Luverne Seifert gives big bear hugs.

That may come as a surprise to Twin Cities theatergoers who have seen Seifert play a rogue’s gallery of villains over the past 25 years on stages small and large.

He found pure evil for the Children’s Theatre’s recent premiere of “The Last Firefly,” playing a stepfather who could freeze blood with his stare. That knack will be on display again starting Thursday, when Seifert plays one of two hit men hired by two Southern transplants to whack their ex-boyfriends in “The Norwegians,” a spoof of Scandinavian morés and Minnesota Nice, by Dark and Stormy Productions.

Even small roles become big when Seifert plays them, not only because he’s a baby-faced burly fellow. He makes his characters larger than life. He’s often compared to Jack Nicholson, for the parts he plays and for his ability to blend the tragic and comic.

“He tips so easily from the dark and scheming to the wondrous and joyous,” said director Michelle Hensley, founder of Ten Thousand Things Theater Company, who has worked with Seifert since 1994. “Luverne is a master of that quicksilver change.”

Touring with Hensley’s troupe to homeless shelters and jails, Seifert has slipped into the roiled psyche of Iago in “Othello” and under the skin of con man Professor Harold Hill in “The Music Man.” Wiliness and cunning may be his obvious strong suit, but he also has shown a playful side, as in “The 39 Steps” at the Guthrie in 2010.

In person, his demeanor is unfailingly open and sincere. Manning the stove at his home in St. Anthony, he’s almost unrecognizable.

“I suppose that’s a compliment — a compliment to my teachers and scene partners and all the people who helped me get here,” he said as he hovered over a sauté pan, preparing a lunch of mussels à la Marinière, a traditional French entree of shellfish in white wine.

Two-stoplight town

That he makes his living as an actor and professor — he’s the head of the University of Minnesota’s undergrad theater program — is something of a happy surprise for Seifert.

He grew up in Sleepy Eye, a two-stoplight town in southwestern Minnesota whose most famous native is young-adult novelist Nicole Helget.

Seifert attended a one-room school until fifth grade.

“The big things in town were the Del Monte plant and farming,” he said. “In high school, I delivered pizza. I figured I’d do something like that” after graduation.

Instead, a classmate and a teacher proved influential. The classmate was going to college and told Seifert he should go, too. The teacher, David Metcalf, introduced him to the possibilities of theater and became a mentor.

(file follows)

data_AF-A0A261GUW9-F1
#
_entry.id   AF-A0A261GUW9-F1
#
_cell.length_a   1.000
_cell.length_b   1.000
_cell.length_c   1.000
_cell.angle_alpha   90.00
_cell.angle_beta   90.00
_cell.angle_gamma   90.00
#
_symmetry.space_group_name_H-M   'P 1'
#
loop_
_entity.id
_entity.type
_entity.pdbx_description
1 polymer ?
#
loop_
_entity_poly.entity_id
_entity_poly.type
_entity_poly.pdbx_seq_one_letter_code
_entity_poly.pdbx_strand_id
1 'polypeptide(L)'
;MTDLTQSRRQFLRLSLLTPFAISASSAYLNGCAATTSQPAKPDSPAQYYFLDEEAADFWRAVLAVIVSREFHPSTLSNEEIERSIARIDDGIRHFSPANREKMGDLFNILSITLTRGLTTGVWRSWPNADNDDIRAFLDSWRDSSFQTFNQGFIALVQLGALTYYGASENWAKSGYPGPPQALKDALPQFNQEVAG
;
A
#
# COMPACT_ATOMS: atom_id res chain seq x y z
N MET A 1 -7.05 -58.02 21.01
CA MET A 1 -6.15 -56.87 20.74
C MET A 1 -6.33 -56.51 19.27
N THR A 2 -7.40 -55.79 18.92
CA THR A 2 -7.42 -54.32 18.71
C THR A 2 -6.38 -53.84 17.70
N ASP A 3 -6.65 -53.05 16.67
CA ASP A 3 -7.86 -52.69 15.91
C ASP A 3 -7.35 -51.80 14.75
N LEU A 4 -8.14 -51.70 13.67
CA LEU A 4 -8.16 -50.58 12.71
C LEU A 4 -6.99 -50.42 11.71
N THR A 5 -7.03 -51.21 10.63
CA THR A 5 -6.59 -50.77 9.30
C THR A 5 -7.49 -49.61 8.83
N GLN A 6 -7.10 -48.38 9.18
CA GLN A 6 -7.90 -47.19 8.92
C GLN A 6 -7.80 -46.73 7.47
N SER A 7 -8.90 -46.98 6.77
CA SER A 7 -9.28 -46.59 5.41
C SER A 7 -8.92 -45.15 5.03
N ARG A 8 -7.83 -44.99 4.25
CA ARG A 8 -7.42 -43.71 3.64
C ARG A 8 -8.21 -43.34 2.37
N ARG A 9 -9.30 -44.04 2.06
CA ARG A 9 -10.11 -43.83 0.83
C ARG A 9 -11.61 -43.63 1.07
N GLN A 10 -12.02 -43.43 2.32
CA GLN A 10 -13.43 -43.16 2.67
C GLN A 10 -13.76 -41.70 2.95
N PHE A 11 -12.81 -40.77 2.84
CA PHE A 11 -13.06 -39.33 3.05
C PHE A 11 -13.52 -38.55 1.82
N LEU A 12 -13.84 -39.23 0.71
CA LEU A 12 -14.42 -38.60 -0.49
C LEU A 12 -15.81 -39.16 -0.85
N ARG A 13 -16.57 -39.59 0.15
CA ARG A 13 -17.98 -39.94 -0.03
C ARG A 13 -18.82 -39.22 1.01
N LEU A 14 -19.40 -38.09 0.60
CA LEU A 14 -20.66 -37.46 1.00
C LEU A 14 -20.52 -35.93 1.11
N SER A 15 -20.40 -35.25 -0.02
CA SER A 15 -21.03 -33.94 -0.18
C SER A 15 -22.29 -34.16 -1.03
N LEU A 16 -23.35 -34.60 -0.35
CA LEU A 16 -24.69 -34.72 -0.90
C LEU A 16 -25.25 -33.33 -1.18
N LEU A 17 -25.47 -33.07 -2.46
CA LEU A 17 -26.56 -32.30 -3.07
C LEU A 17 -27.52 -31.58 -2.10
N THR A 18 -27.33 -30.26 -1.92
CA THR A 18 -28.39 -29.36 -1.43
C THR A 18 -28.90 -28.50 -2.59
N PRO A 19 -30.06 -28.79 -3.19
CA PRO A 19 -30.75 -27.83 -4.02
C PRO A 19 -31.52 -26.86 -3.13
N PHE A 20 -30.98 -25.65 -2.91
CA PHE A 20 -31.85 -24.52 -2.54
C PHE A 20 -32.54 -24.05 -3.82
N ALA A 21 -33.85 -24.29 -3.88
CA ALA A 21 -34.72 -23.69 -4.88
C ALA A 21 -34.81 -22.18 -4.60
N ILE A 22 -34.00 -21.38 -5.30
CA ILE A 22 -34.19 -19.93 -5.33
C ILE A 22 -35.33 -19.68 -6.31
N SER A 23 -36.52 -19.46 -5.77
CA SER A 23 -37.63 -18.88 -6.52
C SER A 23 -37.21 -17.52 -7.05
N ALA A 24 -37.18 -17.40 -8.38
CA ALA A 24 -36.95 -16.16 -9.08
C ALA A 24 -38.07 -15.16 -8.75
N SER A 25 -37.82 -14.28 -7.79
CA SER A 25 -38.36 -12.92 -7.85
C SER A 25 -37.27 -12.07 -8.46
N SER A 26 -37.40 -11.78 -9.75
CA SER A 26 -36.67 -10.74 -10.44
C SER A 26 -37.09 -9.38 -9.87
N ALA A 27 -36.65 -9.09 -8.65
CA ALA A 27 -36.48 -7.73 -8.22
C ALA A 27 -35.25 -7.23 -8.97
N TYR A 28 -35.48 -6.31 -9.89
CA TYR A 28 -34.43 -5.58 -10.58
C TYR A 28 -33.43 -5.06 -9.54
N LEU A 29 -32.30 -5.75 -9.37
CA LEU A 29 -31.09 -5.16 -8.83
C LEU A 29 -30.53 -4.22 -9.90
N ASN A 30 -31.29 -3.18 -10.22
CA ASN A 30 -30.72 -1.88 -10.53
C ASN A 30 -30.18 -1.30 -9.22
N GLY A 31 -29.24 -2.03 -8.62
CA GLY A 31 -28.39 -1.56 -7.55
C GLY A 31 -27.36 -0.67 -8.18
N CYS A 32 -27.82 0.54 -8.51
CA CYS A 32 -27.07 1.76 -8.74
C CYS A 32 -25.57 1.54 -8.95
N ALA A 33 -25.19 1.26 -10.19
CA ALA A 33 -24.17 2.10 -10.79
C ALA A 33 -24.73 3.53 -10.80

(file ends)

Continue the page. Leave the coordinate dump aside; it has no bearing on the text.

His 1985 graduation from Augsburg College was a first for his family.

Kitchen time

When not onstage, Seifert likes to spend time with his wife, Darcey Engen, a director and actor who runs Augsburg’s theater program, and their two sons, who are in college.

He’s the main cook for the family, a role he enjoys.

“Cooking is my way to relax,” said Seifert, who often uses these moments to go over lines in his head.

Rain was falling outside on a gray November day while he cooked, but Seifert beamed as he talked about his life.

He got his jones for the kitchen while acting at Theatre de la Jeune Lune in Minneapolis, the imaginative Franco-American company that won a Tony Award for regional theater before going belly up in 2008. He spent seven years with the company, building his muscles for tragedy and comedy and learning clowning as well as acting.

He auditioned for the company on the same day in the mid-1990s as noted performer Sarah Agnew, who became a frequent scene partner.

“He’s one of the most considerate people you’ll meet,” she said. “He listens with such intensity. He’s the kind of person who may not say anything for a while but when he finally chimes in, his ideas are strong and right.”

Theater artists are known for having strong egos. “Not Luverne,” Agnew said. “In fact, we give him a hard time about taking credit or sharing good news. He founded a theater company, and he doesn’t even claim that. He says that he’s like a manager or arranger or something.”

Seifert and his wife founded Sod House Theatre a few years ago. The company takes professional productions to ballrooms and community centers in outstate Minnesota. Its first show was Anton Chekhov’s “The Cherry Orchard,” whose themes about a family losing its property resonated in farm country. Seifert and Engen also have put together vaudeville-style entertainments, drawing on his colleagues and enlisting the likes of Jim Lichtscheidl and Nathan Keepers for shows.

“It’s our way of giving back,” he said. “You never know who you’re going to reach or touch.”

“The Norwegians,” by C. Denby Swanson, is being staged by Joel Sass for Dark and Stormy as holiday counterprogramming. Company founder Sara Marsh, who plays one of the ex-girlfriends in the show, first acted with Seifert four years ago in “A Behanding in Spokane.” Marsh played a hostage chained to a radiator in a hotel. Seifert was the concierge.

“His character came in and investigated our situation but didn’t uncuff us,” Marsh said. “We were in a situation where time was running out and it involved a candle stuck in a gas can. You were not quite sure if he was a good guy or bad guy. He’s great at walking that line because he’s so charming and so sweet but can turn on a dime and be so scary.”

Audiences will get a chance to see that in “The Norwegians.”

“I’m an assassin, but I’m very nice,” he said.

Either way, you’re dead.